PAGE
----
If experience foundations wisdom, and indigenous cultures worked well at regulating experiences through yearly rituals, it makes sense that they would have a group of people who had reached a certain age and had gone through all of the same rituals and rites and shared similar experiences that the youth had not yet undergone. The group we refer to as elders became members of that group not because they aged, but because they went through similar rituals together on a particular piece of land and then led those rituals for the younger people.

If we understand that an elder means someone who has gone through many rites and rituals, and has had a set of experiences that we know we will have one day, it makes sense that they would know and feel things beyond our recognition. Since civilization has such a vastness of (or more accurately, a lack of) experiences and a complete disconnection from the land and from the self, we cannot produce elders the way indigenous cultures did. It means that elders happen organically as cultures get more specific and congeal on a particular piece of land.

If we see how age creates an elder in this kind of indigenous culture, and how age relates to power within civilization, we can easily see how a civilized person would project their world view onto another’s. The term elder does not allude to an unarticulated hierarchical structure, with which elders sit atop. If elders get some sort of special treatment, in involves their dependency on the younger. I don’t get an elder a plate of food because they have a special status in a hierarchy, but because they have trouble walking. It almost seems as if their powerlessness in physicality has given them power in sociality and/or spirituality. This leads to another quality of an elder; humility. It seems that elders carry humility, both because of years of nature tricking them and also because, like children, they require help from people younger and healthier than they.

The age of seeking elders ended for me a few years ago after receiving many burns from olders. If the term elder refers to someone with humility that has gone through experiences I want to go through, who has rewilded in my particular bioregion and has wisdom of living in it over a long period of time, well… none exist. Bits and pieces of wisdom exist here and there in different people and in books. I use those to create my future. Perhaps someday we’ll have elders again, but it will probably just happen without anyone noticing the change. I think the key to having a successful culture does not involve mimicking what we see natives doing, but truly understanding how their cultures functioned. A highly-functional culture produces elders who than teach the young how to have a highly-functional culture. In a world without elders, I don’t think rewilding humans need not try to act like them or fill in their social position. I think we need to learn how to live off the land. Those who experiment living with the land, regardless of their age reveal the people that I have something to learn from. And when these people have aged with the land and have much knowledge and experience, if they have young people who want to know how to follow in their footsteps, and these young people help the older person get food because they no longer can get it themselves, we’ll know we’ve got an elder.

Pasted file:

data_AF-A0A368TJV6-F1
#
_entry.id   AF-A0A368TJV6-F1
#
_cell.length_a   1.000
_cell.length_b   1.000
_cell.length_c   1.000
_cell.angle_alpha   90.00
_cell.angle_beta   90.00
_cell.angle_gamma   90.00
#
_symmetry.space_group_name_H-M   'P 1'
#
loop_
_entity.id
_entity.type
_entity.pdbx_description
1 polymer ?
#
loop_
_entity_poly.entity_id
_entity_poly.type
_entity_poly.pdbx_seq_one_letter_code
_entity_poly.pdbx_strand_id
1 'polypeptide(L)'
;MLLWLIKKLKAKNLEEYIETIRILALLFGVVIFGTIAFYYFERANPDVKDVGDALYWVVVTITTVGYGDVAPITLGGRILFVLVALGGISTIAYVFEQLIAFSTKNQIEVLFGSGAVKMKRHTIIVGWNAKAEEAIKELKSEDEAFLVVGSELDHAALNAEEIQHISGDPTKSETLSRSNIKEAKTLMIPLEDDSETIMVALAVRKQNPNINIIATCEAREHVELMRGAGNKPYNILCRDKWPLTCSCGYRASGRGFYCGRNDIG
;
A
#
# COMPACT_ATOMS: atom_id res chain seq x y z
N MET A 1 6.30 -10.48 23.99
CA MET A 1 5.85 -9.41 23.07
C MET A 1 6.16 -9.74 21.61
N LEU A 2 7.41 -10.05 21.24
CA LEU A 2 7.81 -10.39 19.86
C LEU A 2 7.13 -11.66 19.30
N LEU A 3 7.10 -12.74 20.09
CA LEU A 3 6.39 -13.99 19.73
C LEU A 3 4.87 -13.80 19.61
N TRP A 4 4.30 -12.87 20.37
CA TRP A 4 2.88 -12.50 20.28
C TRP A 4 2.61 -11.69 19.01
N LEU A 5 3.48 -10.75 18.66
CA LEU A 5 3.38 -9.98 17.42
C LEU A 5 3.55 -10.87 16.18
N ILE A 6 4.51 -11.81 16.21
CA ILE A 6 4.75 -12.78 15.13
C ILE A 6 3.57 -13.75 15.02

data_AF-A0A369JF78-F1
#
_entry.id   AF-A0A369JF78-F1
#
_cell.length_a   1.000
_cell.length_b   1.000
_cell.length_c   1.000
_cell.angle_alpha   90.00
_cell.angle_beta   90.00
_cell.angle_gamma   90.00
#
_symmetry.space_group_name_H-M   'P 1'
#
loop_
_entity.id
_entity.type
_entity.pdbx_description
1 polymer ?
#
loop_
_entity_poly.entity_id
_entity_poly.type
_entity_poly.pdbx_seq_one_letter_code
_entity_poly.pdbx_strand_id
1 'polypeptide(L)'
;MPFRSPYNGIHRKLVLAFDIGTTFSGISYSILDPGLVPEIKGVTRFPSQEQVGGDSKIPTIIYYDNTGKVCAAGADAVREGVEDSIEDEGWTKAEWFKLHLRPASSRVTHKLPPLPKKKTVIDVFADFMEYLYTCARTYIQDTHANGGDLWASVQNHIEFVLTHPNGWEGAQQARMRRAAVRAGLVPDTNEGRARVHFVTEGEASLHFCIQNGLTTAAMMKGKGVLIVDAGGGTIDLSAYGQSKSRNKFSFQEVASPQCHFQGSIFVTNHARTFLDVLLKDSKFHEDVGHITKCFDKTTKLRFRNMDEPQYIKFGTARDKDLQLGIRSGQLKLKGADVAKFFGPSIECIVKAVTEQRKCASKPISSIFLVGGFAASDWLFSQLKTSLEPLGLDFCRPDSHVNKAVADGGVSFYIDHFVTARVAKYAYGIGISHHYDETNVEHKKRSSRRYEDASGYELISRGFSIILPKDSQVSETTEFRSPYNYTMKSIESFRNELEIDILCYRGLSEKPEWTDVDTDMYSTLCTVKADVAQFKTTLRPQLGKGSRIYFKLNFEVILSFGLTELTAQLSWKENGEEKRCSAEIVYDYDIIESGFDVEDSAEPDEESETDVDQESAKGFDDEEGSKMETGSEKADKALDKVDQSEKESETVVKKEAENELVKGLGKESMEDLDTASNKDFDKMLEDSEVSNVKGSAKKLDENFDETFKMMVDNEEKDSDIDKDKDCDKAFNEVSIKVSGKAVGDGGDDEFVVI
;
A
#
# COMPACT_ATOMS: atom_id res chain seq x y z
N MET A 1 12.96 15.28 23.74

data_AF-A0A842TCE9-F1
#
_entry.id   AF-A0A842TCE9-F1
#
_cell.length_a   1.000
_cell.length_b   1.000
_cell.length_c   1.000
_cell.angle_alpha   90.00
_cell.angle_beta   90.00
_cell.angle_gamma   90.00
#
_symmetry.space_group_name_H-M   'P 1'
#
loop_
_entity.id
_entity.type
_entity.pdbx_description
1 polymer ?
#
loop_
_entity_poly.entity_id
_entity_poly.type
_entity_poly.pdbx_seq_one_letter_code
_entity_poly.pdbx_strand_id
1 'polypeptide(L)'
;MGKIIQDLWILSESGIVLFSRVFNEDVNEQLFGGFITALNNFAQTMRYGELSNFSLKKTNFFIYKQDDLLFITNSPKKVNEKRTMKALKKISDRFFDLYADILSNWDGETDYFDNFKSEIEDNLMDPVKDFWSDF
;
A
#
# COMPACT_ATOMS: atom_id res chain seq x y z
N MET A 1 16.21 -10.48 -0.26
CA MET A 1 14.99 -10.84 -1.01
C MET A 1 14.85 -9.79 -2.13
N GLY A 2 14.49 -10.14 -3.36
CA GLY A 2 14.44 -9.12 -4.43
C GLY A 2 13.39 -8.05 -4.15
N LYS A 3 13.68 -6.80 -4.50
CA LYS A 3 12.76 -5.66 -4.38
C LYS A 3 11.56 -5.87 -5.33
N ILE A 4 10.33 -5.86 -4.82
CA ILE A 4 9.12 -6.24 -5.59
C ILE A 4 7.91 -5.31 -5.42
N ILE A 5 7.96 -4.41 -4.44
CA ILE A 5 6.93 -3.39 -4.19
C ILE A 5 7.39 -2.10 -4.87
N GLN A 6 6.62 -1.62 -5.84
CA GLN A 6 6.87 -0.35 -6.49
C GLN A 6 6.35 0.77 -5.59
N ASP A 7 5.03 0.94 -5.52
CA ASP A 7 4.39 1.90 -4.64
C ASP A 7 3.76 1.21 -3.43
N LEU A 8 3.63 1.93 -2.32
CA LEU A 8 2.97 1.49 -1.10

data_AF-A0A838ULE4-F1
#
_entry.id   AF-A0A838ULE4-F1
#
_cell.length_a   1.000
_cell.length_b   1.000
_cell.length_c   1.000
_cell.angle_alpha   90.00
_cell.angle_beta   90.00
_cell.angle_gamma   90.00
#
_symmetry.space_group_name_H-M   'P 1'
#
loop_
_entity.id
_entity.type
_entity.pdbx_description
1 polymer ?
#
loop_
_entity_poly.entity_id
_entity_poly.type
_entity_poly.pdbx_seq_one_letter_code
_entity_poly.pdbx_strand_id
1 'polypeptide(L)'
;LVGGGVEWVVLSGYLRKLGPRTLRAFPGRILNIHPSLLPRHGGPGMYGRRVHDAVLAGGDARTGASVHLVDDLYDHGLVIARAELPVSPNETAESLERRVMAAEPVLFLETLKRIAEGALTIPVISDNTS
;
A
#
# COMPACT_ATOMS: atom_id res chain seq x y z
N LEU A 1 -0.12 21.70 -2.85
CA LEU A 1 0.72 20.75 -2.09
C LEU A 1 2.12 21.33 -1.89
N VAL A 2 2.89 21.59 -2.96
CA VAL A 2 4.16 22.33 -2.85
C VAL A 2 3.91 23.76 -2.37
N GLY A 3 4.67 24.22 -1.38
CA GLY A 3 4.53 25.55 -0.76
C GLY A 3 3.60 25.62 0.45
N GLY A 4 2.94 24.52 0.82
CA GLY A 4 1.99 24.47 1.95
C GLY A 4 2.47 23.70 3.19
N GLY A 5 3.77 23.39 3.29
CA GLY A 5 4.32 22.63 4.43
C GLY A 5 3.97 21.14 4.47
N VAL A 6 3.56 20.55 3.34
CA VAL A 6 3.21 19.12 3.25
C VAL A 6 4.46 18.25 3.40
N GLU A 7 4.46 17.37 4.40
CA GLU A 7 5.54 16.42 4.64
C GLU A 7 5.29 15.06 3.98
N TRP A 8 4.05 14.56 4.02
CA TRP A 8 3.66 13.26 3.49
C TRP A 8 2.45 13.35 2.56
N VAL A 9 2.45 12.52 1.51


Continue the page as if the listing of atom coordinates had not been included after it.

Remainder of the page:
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5 Comments on “Ageism Vs. Rewilding”

  1. I would like to point out that while we do seem to lack what I would consider _whole_ elders, we do have quite a few partial ones… people who have lived here for a long time and have learned a great deal about one or two things. I had an excellent conversation with my father just earlier today – during which I was reminded of how much he knows about setting clear boundaries of fair treatment around himself. he has NOT learned how to not bring insane people into his life, but he HAS learned how to set boundaries that keep them from disrupting his own sanity.

    when I think about the situation I often see that there has been a great deal of physical and mental injury laid upon the generations before ours, and healing those wounds will take several generations more yet. I don’t think we will have true elders until more healing can take place. but for that healing to take place, we must take advantage our olders’ experiences which can help us heal the wounds they have passed on to us, as well as learn our own lessons to heal a bit more.

  2. I only talk with people older than me who treat me as an equal. Who never judge me in that they know more than me, and that that somehow makes them better and in a position of power. That is disgusting. There are plenty of people older than me who I consider friends and who are constantly teaching me things, though they don’t act all high-and-mighty like these elder-wannabe’s. I would refer to them as elders, but that brings with it all of these unspoken premises of a power-based relationship. I would even refer to them as mentors, since elders and mentors often get conflated in their heads as well, but I also see the term mentor used in the same power-hungry context. At this point, I will continue to call them friends and family. However, even though my grandfather is totally pro-civ, he’s 80+ years old and I consider him the only elder I really have. I love hearing his stories about old-time Portland and learning about my ancestry. Everytime I’m with him I think to myself, “Oooh. That’s why my dad always says that. Now I get it.”

  3. Sorry to hear about your experiences with the Jon Young people. My experience has been the opposite. Otherwise, I’m with you on this one. I try to respect the limited wisdom that many olders in my life have about certain things, but honestly we’ve had so many lost generations of people that true elders are as rare as unpolluted water. It excites me and horrifies me at the same time when I realize that I’m the elder in my foodshed. There may be others, but they’ve yet to make themselves known to me. Most olders have spent their lives building the nightmare of a world that we have. It’s only a few of us that are attempting to find the path to something better (rewilding/feralization), and more often than not, we’re young.